So, those are just five options for Advent reading. There are probably hundreds of other texts I could have chosen; thus we come one example of the great diversity that characterizes the true mind of the Church.
Here is an extremely amusing (and, in its own way, edifying) little chapter from Introduction to the Devout Life. I’ve only just encountered it by chance. It’s passages like this that rather make one understand why Evelyn Underhill summed up his teaching in the one line, “Yes, indeed, my dear Duchess, as Your Grace so truly observes, God is love.”
One can almost hear the Gentleman Saint sipping his tea at the end of each numbered item in the list below.
CHAPTER XXXIII. Of Balls, and other Lawful but Dangerous Amusements.
DANCES and balls are things in themselves indifferent, but the circumstances ordinarily surrounding them have so generally an evil tendency, that they become full of temptation and danger. The time of night at which they take place is in itself conducive to harm, both as the season when people’s nerves are most excited and open to evil impressions; and because, after being up the greater part of the night, they spend the mornings afterwards in sleep, and lose the best part of the day for God’s Service. It is a senseless thing to turn day into night, light into darkness, and to exchange good works for mere trifling follies. Moreover, those who frequent balls almost inevitably foster their Vanity, and vanity is very conducive to unholy desires and dangerous attachments.
I am inclined to say about balls what doctors say of certain articles of food, such as mushrooms and the like—the best are not good for much; but if eat them you must, at least mind that they are properly cooked. So, if circumstances over which you have no control take you into such places, be watchful how you prepare to enter them. Let the dish be seasoned with moderation, dignity and good intentions. The doctors say (still referring to the mushrooms), eat sparingly of them, and that but seldom, for, however well dressed, an excess is harmful.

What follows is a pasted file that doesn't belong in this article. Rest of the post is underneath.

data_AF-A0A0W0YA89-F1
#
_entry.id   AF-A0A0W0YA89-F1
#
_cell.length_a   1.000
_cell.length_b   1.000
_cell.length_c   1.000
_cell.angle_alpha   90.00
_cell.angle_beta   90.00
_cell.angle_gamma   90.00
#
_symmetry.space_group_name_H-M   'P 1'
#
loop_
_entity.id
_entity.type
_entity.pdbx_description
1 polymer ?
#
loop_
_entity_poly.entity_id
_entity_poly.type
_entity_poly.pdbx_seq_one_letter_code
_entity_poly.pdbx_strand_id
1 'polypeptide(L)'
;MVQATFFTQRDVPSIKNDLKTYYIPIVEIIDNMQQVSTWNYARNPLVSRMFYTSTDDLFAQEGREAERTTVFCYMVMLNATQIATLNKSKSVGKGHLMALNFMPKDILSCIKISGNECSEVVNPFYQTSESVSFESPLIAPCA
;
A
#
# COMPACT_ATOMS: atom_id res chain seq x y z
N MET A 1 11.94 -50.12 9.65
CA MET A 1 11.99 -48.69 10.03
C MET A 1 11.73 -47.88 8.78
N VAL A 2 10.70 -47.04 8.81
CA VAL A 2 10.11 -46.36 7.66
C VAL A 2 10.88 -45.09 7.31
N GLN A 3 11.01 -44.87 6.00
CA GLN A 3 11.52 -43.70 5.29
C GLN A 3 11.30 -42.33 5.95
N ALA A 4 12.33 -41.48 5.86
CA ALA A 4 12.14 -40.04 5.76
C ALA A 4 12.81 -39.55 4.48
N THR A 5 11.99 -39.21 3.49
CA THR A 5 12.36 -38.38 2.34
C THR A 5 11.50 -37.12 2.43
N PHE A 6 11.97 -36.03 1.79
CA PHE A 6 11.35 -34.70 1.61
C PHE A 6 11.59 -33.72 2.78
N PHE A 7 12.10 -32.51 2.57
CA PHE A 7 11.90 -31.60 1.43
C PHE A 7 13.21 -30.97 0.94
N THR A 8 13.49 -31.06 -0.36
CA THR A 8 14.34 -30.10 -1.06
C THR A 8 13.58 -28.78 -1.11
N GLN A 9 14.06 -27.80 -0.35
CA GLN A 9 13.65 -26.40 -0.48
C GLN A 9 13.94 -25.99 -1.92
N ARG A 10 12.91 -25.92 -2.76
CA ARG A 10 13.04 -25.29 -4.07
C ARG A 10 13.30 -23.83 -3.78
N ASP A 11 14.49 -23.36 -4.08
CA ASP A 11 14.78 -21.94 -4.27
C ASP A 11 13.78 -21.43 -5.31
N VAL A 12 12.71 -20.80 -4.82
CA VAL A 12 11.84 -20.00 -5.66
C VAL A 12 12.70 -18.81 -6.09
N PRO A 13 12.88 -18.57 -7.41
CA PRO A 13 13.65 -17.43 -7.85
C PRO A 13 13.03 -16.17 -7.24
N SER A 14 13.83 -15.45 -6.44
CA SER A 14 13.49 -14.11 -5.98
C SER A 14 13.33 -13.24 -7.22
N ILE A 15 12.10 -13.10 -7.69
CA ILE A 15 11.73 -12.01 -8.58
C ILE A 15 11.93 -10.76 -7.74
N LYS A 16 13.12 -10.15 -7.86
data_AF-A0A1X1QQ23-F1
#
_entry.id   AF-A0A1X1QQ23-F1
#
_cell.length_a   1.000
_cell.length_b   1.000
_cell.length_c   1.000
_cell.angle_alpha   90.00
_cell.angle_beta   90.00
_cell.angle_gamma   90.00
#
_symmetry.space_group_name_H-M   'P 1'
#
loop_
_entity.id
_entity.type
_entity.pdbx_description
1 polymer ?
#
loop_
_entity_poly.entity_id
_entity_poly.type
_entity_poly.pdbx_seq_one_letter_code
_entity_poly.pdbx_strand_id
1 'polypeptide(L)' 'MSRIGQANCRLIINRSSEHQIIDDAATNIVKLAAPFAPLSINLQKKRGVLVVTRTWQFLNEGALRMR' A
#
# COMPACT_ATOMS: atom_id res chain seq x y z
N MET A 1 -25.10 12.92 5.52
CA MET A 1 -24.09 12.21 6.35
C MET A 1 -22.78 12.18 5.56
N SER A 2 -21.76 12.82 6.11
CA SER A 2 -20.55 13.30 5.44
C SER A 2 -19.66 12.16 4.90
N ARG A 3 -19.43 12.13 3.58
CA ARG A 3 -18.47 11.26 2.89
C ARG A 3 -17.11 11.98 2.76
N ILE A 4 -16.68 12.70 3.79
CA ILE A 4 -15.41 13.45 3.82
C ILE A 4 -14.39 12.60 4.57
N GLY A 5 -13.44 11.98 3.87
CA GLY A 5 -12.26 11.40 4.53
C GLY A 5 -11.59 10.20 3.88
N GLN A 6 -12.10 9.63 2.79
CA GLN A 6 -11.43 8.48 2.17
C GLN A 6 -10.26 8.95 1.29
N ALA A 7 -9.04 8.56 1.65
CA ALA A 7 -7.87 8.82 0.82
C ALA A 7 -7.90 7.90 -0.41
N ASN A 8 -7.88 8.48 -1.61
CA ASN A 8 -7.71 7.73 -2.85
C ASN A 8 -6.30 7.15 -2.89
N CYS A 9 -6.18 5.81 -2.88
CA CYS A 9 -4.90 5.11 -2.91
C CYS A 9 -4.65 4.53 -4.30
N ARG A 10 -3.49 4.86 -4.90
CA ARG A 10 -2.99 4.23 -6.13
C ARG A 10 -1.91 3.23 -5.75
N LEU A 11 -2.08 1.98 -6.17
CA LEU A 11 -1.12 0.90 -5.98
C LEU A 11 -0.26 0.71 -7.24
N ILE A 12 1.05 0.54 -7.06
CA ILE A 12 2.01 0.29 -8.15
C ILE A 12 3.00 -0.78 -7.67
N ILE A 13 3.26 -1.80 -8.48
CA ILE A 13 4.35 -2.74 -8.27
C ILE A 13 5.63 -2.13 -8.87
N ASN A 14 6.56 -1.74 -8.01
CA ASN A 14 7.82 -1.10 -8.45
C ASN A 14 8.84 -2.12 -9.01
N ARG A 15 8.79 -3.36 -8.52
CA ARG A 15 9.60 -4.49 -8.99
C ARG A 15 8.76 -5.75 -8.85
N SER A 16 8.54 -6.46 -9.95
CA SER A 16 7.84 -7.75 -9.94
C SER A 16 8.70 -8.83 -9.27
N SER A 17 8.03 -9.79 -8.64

So dance but little, and that rarely, my daughter, lest you run the risk of growing over fond of the amusement.
Pliny says that mushrooms, from their porous, spongy nature, easily imbibe meretricious matter, so that if they are near a serpent, they are infected by its poison. So balls and similar gatherings are wont to attract all that is bad and vicious; all the quarrels, envyings, slanders, and indiscreet tendencies of a place will be found collected in the ballroom. While people’s bodily pores are opened by the exercise of dancing, the heart’s pores will be also opened by excitement, and if any serpent be at hand to whisper foolish words of levity or impurity, to insinuate unworthy thoughts and desires, the ears which listen are more than prepared to receive the contagion.
Believe me, my daughter, these frivolous amusements are for the most part dangerous; they dissipate the spirit of devotion, enervate the mind, check true charity, and arouse a multitude of evil inclinations in the soul, and therefore I would have you very reticent in their use.
To return to the medical simile;—it is said that after eating mushrooms you should drink some good wine. So after frequenting balls you should frame pious thoughts which may counteract the dangerous impressions made by such empty pleasures on your heart.
Bethink you, then—
1. That while you were dancing, souls were groaning in hell by reason of sins committed when similarly occupied, or in consequence thereof.
2. Remember how, at the selfsame time, many religious and other devout persons were kneeling before God, praying or praising Him. Was not their time better spent than yours?
3. Again, while you were dancing, many a soul has passed away amid sharp sufferings; thousands and tens of thousands were lying all the while on beds of anguish, some perhaps untended, unconsoled, in fevers, and all manner of painful diseases. Will you not rouse yourself to a sense of pity for them? At all events, remember that a day will come when you in your turn will lie on your bed of sickness, while others dance and make merry.
4. Bethink you that our Dear Lord, Our Lady, all the Angels and Saints, saw all that was passing. Did they not look on with sorrowful pity, while your heart, capable of better things, was engrossed with such mere follies?
5. And while you were dancing time passed by, and death drew nearer. Trifle as you may, the awful dance of death must come, the real pastime of men, since therein they must, whether they will or no, pass from time to an eternity of good or evil. If you think of the matter quietly, and as in God’s Sight, He will suggest many a like thought, which will steady and strengthen your heart.
‘Catholicity, Antiquity, and consent of the Fathers, is the proper evidence of the fidelity or Apostolicity of a professed Tradition’ J.H. Newman, Lectures on the Prophetical Office of the Church, 1837, p. 51